Is autoTVM an option?


#1

Hi, I would like to ask a simple question.
In the tutorial, there is optimize / opt_gemm.py.
In this sample, I can not find an automated schedule optimizer (autoTVM).
Is not the sample optimized for the schedule?
For example, do I need to add an autotvm module to optimize this sample?
Thank you in advance.


#2

The sample here was tuned for M,K,N = 1024 and an Intel i7-4770HQ CPU. In that sense, it is “already optimized.” However, if different hardware or data shapes are used, there are no performance guarantees. You should be able to run it already, but if you wish to make changes to the data shapes or hardware than autotvm can improve the performance by finding a different schedule configuration.


#3

Thank you very much for your answer.

Basically, what is the final result of autoTVM?
If I change only deep learning model to same data shape and hardware, then can I still use “already optimized” result?


#4

The original approach of TVM scheduling was to handcraft a schedule with fixed tiling factors, loop reorderings, etc. that were hand-tuned for a given workload or a small number of workloads. If you look at the old schedules, you will see many hardcoded values that were handpicked, and branches written to manually handle popular data shapes.

This approach quickly becomes tedious when we want to support many variations of hardware and data shapes, so the goal of AutoTVM is to pick each of the configurable properties of a schedule (tiling factors, loop reorderings, etc.) automatically and to specialize each configuration to a specific data shape. There is no requirement to use AutoTVM for every task, but it is the most efficient way we currently have to get the most performance for an operator.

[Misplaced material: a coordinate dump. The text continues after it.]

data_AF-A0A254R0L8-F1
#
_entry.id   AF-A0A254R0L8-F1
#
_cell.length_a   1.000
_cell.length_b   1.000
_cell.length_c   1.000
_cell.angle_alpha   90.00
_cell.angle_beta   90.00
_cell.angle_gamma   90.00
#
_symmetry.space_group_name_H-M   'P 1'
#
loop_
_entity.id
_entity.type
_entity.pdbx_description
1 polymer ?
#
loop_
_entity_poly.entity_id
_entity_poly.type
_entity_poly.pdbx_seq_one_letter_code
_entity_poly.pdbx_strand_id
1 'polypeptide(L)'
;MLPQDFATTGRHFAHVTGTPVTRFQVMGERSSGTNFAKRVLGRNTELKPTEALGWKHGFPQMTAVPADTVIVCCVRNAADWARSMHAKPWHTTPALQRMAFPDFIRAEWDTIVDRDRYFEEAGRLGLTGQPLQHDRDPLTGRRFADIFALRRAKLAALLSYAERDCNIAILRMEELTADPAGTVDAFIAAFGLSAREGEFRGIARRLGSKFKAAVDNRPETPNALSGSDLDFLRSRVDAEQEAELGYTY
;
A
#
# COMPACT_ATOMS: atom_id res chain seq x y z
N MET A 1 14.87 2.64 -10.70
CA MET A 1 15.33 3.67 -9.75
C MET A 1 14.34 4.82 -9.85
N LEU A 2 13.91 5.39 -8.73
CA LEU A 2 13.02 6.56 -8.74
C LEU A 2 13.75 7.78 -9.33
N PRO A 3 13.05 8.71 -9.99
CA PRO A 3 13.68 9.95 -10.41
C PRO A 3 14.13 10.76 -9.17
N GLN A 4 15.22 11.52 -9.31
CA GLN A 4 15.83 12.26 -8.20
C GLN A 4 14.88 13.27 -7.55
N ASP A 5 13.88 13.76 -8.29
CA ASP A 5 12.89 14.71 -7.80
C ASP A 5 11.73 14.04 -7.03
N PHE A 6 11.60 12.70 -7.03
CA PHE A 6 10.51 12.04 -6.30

So to answer your last question, it depends on what else is different about the models. If the input shapes of two models are the same, this does not mean that the data shapes of each layer will be the same as different models can have different properties (e.g., stride, depth, etc.) for each layer. To guarantee the most performance when using an already optimized configuration from AutoTVM, all operator shapes (we call this the workload) must match exactly. In practice we can find that similar shapes (especially those that share common factors) may be close in performance even when sharing a schedule configuration. Note that these considerations are just performance—barring any brittle schedule transformations, you will likely be able to just use a fallback or another schedule configuration to just run your task, even if the performance will not be great.


#5

It’s interesting to me. Thank you very much for your clear answer. @eqy